Computer Vision / Video Analytics

New Deep Learning-Based Denoising Model Improves Microscopy Images by 16x

To help accelerate microscopic systems, researchers from the Salk Institute, the University of Texas at Austin, fast.AI, and others, developed a new AI-based microscopy approach that has the potential to make microscopic techniques used for brain imaging 16 times faster. 

“Point scanning imaging systems are perhaps the most widely used tools for high-resolution cellular and tissue imaging,” the researchers stated in their paper Deep Learning-Based Point-Scanning Super-Resolution Imaging published on bioRxiv.  “Like all other imaging modalities, the resolution, speed, sample preservation, and signal-to-noise ratio of point scanning systems are difficult to optimize simultaneously.”

To tackle this challenge, Uri Manor at the Salk Institute started with an image processing technique called deconvolution. The approach has been used by astronomers to attain greater resolution in telescope images of stars and planets. 

After the team gathered enough data to build a training dataset, which consisted of high resolution and super-resolution images, the team trained their models using a ResNet-based U-Net convolutional neural network. 

“To train a model for this purpose, many perfectly aligned high- and low-resolution image pairs are required. Instead of manually acquiring high- and low-resolution image pairs for training, we opted to generate semi-synthetic training data by computationally “crappifying” high-resolution images to simulate what their low-resolution counterparts might look like when acquired at the microscope,” the researchers explained in their paper.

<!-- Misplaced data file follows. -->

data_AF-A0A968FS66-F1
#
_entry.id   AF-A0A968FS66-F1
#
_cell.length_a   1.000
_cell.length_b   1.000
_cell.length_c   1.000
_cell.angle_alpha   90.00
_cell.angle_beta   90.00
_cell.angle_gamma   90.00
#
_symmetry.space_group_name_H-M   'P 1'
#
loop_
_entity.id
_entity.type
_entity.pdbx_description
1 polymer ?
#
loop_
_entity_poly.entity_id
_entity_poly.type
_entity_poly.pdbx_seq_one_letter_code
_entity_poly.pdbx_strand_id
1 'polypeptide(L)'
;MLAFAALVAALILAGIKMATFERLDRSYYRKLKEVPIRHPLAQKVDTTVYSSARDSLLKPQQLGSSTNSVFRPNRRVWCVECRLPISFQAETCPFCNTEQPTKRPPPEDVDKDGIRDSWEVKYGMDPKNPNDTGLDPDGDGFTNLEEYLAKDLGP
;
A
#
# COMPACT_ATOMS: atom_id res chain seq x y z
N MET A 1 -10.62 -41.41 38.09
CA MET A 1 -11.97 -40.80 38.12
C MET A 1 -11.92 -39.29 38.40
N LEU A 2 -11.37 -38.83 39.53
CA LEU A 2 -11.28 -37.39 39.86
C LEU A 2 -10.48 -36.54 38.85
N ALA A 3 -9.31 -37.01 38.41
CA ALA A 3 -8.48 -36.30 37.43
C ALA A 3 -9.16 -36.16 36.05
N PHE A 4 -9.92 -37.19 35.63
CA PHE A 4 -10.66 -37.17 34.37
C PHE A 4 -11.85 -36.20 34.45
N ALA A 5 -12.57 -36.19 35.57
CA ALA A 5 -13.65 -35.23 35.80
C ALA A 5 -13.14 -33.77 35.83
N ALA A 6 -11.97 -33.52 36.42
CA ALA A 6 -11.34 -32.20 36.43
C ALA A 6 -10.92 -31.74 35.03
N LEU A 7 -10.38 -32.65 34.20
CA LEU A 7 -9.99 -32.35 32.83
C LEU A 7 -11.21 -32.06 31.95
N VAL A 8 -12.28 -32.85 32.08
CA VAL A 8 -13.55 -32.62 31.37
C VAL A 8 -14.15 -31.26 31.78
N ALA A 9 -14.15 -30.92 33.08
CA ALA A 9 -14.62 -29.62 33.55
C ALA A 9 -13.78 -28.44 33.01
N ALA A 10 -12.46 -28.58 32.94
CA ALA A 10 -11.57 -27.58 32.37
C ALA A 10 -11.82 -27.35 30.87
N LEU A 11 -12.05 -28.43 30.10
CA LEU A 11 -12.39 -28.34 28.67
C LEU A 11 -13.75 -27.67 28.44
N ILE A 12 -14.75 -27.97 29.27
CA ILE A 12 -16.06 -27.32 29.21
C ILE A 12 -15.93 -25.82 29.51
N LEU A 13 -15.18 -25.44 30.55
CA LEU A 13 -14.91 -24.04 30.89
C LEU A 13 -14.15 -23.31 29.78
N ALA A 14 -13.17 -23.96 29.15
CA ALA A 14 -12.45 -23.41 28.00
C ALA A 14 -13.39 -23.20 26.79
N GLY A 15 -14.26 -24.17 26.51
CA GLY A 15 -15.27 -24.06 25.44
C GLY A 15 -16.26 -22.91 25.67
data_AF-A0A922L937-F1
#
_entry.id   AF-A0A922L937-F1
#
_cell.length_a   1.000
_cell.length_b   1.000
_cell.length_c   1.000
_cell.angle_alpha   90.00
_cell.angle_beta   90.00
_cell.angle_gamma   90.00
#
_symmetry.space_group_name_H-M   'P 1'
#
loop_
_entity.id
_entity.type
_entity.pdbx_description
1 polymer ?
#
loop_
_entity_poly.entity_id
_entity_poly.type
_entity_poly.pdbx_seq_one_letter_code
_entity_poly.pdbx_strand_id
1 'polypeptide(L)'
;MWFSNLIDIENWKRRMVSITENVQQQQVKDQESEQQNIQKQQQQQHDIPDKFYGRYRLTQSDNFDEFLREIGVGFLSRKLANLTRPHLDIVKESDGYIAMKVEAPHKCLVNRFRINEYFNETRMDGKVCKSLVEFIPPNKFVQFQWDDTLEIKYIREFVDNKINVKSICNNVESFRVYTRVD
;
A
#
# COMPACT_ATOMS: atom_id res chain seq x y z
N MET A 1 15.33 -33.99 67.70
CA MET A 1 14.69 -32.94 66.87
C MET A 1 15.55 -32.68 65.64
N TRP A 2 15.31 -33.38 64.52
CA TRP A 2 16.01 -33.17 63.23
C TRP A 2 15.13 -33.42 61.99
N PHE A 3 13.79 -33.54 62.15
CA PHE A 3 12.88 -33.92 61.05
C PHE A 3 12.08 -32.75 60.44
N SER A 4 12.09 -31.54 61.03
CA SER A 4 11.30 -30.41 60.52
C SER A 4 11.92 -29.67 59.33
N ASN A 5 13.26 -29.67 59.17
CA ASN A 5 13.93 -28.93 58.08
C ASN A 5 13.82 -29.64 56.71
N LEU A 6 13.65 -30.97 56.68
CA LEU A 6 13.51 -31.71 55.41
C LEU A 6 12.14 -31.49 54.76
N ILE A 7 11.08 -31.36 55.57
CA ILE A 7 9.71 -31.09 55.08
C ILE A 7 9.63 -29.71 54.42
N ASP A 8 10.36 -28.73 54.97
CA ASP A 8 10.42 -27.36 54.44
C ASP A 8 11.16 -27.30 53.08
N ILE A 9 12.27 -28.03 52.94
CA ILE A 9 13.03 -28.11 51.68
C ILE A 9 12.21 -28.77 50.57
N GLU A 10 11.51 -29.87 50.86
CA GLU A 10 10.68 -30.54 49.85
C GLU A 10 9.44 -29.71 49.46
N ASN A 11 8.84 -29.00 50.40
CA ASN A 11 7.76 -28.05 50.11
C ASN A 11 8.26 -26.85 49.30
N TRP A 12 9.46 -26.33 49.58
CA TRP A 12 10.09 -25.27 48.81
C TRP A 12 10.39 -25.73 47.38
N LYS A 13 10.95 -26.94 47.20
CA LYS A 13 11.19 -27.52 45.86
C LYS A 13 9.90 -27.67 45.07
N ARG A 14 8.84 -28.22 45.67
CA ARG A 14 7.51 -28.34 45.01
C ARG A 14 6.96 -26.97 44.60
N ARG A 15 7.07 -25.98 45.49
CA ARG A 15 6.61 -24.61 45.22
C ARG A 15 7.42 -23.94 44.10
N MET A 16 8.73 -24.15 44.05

Using NVIDIA GPUs at the Maverick Supercomputer at the Texas Advanced Computing Center, as well as NVIDIA TITAN RTX GPUs, and V100s on separate workstations, the team generated their synthetic data and trained their models. 

Final models were generated using the deep learning library, along with the cuDNN-accelerated PyTorch deep learning framework and NVIDIA Quadro P6000 GPUs. The GPUs were used for both training and inference. 

Side by side versions of mitochondria live imaging with and without denoising filters. [Credit: Salk Institute]

After the models were trained, the team put their system to the test, applying it to images created in other labs with different microscopes. 

“Usually in deep learning, you have to retrain and fine-tune the model for different data sets,” Manor told the Texas Advanced Computing Center’s blog. “But we were delighted that our system worked so well for a wide range of sample and image sets.”

Manor and team hope to develop software that does reconstruction in real-time, so that researchers can see super-resolution images right away. 

“Remarkably, our EM PSSR model could restore undersampled images acquired with different optics, detectors, samples, or sample preparation methods in other labs,” the team explained in their paper. “We show that undersampled confocal images combined with a multi-frame PSSR model trained on Airyscan time-lapses facilitate Airyscan-equivalent spatial resolution and SNR with ~100x lower laser dose and 16x higher frame rates than corresponding high-resolution acquisitions. In conclusion, PSSR facilitates point-scanning image acquisition with an otherwise unattainable resolution, speed, and sensitivity.”

The team has published their corresponding code on GitHub

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